LIONS INSIDER

NOTEBOOK: Ross not sweating what he can't control

Posted Jun 4, 2015

Tim Twentyman covers all the news from Thursday's OTA practice including Jeremy Ross' take on the return competition, Xavier Proctor's move to offense and more.

Jeremy Ross knows what's up.

He heard the talk from coaches and the Lions' front office about needing to get better in the return game. He was watching on draft weekend when the Lions selected Ameer Abdullah.

Now two months into the offseason program, Ross isn’t sweating the stuff he can’t control. He’s worrying about what he can do to be a better football player.

“I can’t control who’s back there and what guys are competing for a spot,” he said after Thursday’s OTA practice. “All I can control is myself and working and doing my best.”

Ross admitted, however, that the return role does mean a lot to him and he plans to fight for it this offseason and into training camp.

Jeremy RossWR Jeremy Ross (Photo: Detroit Lions)

“I definitely want to be back there,” he said. “I love being a return man. I love doing punt returns and kick returns. It’s an exciting place to be. You get to make a lot of big plays for your team, so it’s definitely important.”

Ross won the duties full time midway through the 2013 season and served in that role all of last season. His production level dipped as a returner from 2013 to 2014, however.

He averaged 16.2 yards per punt return with a touchdown in 2013. That fell to 8.9 yards per punt return last season with no scores. His kickoff return average was 29.3 with a touchdown two seasons ago. It dipped to 25.4 with no touchdowns last year.

Ross was a bigger part of the offense last season than he was in 2013. Coaches suggested at times last year it might have had an effect on his return numbers. Ross caught 24 passes for 314 yards with a touchdown.

The Lions have worked Golden Tate, Abdullah, TJ Jones, Ryan Broyles, Quandre Diggs, Lance Moore and others into the kick and punt return rotation so far this offseason.

“Jeremy’s a competitor,” head coach Jim Caldwell said. “Not only do you see that he’s doing well in terms of the return game portion, but also in the receiver position as well. It’s all part of it.

“I think that, without question, when you bring guys in, if you have a number of guys that can do significant things in different phases of the game it becomes very competitive. I think that’s a good thing.”

Ross said he’s working on being more decisive and running more downhill.

Time will tell if he can hold on to the reigns of the Lions’ return duties, but he’s not worried about that right now.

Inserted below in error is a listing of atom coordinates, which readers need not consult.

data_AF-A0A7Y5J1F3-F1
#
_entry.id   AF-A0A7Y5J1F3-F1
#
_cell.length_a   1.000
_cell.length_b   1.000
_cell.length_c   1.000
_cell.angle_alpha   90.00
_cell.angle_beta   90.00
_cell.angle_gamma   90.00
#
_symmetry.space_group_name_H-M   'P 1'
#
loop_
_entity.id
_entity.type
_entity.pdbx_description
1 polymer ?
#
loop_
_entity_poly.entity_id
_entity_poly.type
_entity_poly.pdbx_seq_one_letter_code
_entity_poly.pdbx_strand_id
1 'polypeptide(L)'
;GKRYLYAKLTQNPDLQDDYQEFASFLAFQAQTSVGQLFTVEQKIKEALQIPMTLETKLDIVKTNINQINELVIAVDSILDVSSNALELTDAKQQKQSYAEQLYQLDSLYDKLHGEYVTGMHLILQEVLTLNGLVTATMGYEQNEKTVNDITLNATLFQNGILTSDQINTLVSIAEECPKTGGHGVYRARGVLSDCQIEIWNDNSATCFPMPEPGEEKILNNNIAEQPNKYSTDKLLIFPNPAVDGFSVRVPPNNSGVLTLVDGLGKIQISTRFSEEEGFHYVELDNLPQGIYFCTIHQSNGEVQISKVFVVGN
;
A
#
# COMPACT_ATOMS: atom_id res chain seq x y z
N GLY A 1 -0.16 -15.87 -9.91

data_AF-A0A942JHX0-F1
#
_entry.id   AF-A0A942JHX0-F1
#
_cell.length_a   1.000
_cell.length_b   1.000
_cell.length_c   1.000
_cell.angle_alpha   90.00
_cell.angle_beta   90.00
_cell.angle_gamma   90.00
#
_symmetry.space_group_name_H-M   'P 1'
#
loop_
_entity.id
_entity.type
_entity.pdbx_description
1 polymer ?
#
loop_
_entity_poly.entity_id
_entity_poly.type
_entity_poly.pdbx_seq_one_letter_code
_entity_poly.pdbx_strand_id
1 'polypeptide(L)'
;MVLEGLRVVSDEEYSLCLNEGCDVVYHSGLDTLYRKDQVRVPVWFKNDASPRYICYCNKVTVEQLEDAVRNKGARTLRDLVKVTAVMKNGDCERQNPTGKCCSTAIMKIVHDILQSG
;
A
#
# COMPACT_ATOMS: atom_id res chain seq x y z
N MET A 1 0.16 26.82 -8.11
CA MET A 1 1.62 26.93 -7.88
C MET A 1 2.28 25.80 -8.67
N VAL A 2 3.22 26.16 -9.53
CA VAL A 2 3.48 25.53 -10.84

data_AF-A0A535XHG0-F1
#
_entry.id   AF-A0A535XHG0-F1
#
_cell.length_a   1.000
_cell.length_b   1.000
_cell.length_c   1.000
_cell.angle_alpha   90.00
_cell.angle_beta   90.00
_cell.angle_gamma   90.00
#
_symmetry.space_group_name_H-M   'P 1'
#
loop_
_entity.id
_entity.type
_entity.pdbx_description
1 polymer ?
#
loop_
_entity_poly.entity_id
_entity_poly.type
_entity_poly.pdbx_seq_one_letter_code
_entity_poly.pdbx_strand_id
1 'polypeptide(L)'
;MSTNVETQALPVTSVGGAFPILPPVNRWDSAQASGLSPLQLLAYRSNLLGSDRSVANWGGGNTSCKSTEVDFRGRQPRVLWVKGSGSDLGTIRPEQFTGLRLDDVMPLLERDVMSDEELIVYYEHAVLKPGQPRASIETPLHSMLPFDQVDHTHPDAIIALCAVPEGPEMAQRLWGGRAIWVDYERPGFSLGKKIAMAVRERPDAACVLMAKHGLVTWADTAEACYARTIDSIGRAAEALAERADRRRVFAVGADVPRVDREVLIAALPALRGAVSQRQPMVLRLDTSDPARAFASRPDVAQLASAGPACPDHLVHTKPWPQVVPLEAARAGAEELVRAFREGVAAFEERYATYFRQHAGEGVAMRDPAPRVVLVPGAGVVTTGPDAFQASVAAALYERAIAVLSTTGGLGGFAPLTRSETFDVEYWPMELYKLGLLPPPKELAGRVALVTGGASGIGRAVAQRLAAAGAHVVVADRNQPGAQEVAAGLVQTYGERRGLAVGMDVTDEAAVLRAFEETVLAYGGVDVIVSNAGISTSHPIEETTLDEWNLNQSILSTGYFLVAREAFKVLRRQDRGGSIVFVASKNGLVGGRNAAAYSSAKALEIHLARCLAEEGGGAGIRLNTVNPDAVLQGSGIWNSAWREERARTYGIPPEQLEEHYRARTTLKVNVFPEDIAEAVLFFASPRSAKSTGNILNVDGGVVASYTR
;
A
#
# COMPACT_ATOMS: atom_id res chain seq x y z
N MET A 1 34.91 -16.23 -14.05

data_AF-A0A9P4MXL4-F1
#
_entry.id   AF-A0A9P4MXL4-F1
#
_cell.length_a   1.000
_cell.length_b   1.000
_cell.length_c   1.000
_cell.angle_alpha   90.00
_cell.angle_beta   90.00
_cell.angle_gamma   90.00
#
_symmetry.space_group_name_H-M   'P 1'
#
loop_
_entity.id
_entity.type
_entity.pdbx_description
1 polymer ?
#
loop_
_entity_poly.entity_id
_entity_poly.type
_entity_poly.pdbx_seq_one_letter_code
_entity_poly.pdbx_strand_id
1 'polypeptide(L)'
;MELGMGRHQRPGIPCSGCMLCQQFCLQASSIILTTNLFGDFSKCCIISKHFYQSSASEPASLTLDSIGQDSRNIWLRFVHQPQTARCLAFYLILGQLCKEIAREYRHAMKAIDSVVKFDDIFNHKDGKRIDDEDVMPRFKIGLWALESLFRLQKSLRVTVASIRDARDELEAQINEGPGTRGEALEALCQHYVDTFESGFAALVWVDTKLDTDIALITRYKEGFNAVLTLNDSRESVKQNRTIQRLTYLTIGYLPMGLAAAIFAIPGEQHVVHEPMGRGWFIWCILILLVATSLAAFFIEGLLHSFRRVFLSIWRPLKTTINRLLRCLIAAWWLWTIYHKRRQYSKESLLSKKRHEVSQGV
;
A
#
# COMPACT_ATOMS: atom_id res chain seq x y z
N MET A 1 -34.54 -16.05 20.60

“I think when you get so concerned with circumstances or things around you, that’s when you start getting shaken,” he said. “But if you just focus on one thing – what you can control – and say, ‘hey, I’m just going to control myself and get better and take care of myself.’

“If I go out there and I’m not giving my best and I’m not the return man then that’s on me. If I give my best and give everything I’ve got to being the best that I can be, and I don’t get it, hey, more power to you. You're just better.”

PRACTICE REPORT

The Lions were without Calvin Johnson and Haloti Ngata for Thursday’s voluntary OTA session.

The team also practiced without running back Joique Bell, offensive tackle LaAdrian Waddle, tight end Joseph Fauria and cornerback Darius Slay.

Caldwell said Slay has bruises on both hands and will be out “a couple days.”

Linebackers Stephen Tulloch and DeAndre Levy did individual drills, but didn’t participate in the team portion of practice. Levy is getting over an undisclosed injury and the team is taking it slow with Tulloch, who had ACL surgery eight months ago.

Cornerback Mohammed Seisay left practice and didn’t return after a collision downfield defending a pass.

LEADERSHIP ROLE

With longtime center Dominic Raiola no longer on the roster, quarterback Matthew Stafford, receiver Calvin Johnson and tight end Brandon Pettigrew have become the elder veterans for the offense.

The quarterback is always a leader on offense, but Stafford says he’s embraced that role even more this offseason. He’s been out to dinner with various players and took the offensive lineman to a Detroit Tigers game a couple weeks ago.

“It’s on us,” Stafford said of veterans turning into leaders. “We have new guys in the system. We have young guys. We have all sorts of new challenges in front of us. It’s on us to carry the load and bring them along.”

WHY THE MOVE FOR PROCTOR?

Xavier Proctor hasn’t played offensive tackle since high school, but in an effort to stay in the NFL, the 6-foot-6, 315 pound former defensive tackle has made the switch to offense.

“Often times you look at a guy who has size, strength, can bend and there were a number of times we had him on the offensive side because maybe we were short offensive linemen during the course of last year,” Caldwell said. “Every single time it happened there would always be a couple offensive coaches saying, ‘you know what? I think that guy makes a pretty good lineman for us offensively.’

“So, we’re giving him an opportunity there. This is a great time to do it, seeing what kind of growth we can get involved there positional for him here in the next couple of weeks. I think he’s a willing guy. He wants to find a way to play in this league and I think he will.”

Proctor spent the last two seasons on the Lions’ practice squad as a defensive tackle.